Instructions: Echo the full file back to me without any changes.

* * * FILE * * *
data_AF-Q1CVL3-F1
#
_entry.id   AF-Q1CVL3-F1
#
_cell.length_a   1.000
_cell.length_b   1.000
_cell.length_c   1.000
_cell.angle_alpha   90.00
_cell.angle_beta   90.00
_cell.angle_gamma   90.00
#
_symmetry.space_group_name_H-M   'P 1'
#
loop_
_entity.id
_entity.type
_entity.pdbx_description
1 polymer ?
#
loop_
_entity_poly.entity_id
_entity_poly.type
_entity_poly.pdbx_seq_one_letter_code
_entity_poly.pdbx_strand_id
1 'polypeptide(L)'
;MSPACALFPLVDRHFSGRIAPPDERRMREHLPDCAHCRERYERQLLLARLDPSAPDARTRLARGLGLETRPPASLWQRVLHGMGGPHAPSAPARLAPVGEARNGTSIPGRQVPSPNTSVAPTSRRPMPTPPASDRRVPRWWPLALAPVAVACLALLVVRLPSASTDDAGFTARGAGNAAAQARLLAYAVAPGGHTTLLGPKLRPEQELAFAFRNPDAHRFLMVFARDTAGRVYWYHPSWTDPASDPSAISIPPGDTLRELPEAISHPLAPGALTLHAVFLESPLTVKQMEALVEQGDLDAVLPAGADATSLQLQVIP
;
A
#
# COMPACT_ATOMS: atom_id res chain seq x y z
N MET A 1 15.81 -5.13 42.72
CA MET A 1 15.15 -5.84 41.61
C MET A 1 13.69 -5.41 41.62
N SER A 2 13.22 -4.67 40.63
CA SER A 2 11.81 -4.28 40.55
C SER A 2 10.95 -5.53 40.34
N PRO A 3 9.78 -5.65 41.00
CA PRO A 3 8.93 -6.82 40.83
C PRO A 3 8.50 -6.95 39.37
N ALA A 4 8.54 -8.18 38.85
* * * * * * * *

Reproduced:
data_AF-Q1CVL3-F1
#
_entry.id   AF-Q1CVL3-F1
#
_cell.length_a   1.000
_cell.length_b   1.000
_cell.length_c   1.000
_cell.angle_alpha   90.00
_cell.angle_beta   90.00
_cell.angle_gamma   90.00
#
_symmetry.space_group_name_H-M   'P 1'
#
loop_
_entity.id
_entity.type
_entity.pdbx_description
1 polymer ?
#
loop_
_entity_poly.entity_id
_entity_poly.type
_entity_poly.pdbx_seq_one_letter_code
_entity_poly.pdbx_strand_id
1 'polypeptide(L)'
;MSPACALFPLVDRHFSGRIAPPDERRMREHLPDCAHCRERYERQLLLARLDPSAPDARTRLARGLGLETRPPASLWQRVLHGMGGPHAPSAPARLAPVGEARNGTSIPGRQVPSPNTSVAPTSRRPMPTPPASDRRVPRWWPLALAPVAVACLALLVVRLPSASTDDAGFTARGAGNAAAQARLLAYAVAPGGHTTLLGPKLRPEQELAFAFRNPDAHRFLMVFARDTAGRVYWYHPSWTDPASDPSAISIPPGDTLRELPEAISHPLAPGALTLHAVFLESPLTVKQMEALVEQGDLDAVLPAGADATSLQLQVIP
;
A
#
# COMPACT_ATOMS: atom_id res chain seq x y z
N MET A 1 15.81 -5.13 42.72
CA MET A 1 15.15 -5.84 41.61
C MET A 1 13.69 -5.41 41.62
N SER A 2 13.22 -4.67 40.63
CA SER A 2 11.81 -4.28 40.55
C SER A 2 10.95 -5.53 40.34
N PRO A 3 9.78 -5.65 41.00
CA PRO A 3 8.93 -6.82 40.83
C PRO A 3 8.50 -6.95 39.37
N ALA A 4 8.54 -8.18 38.85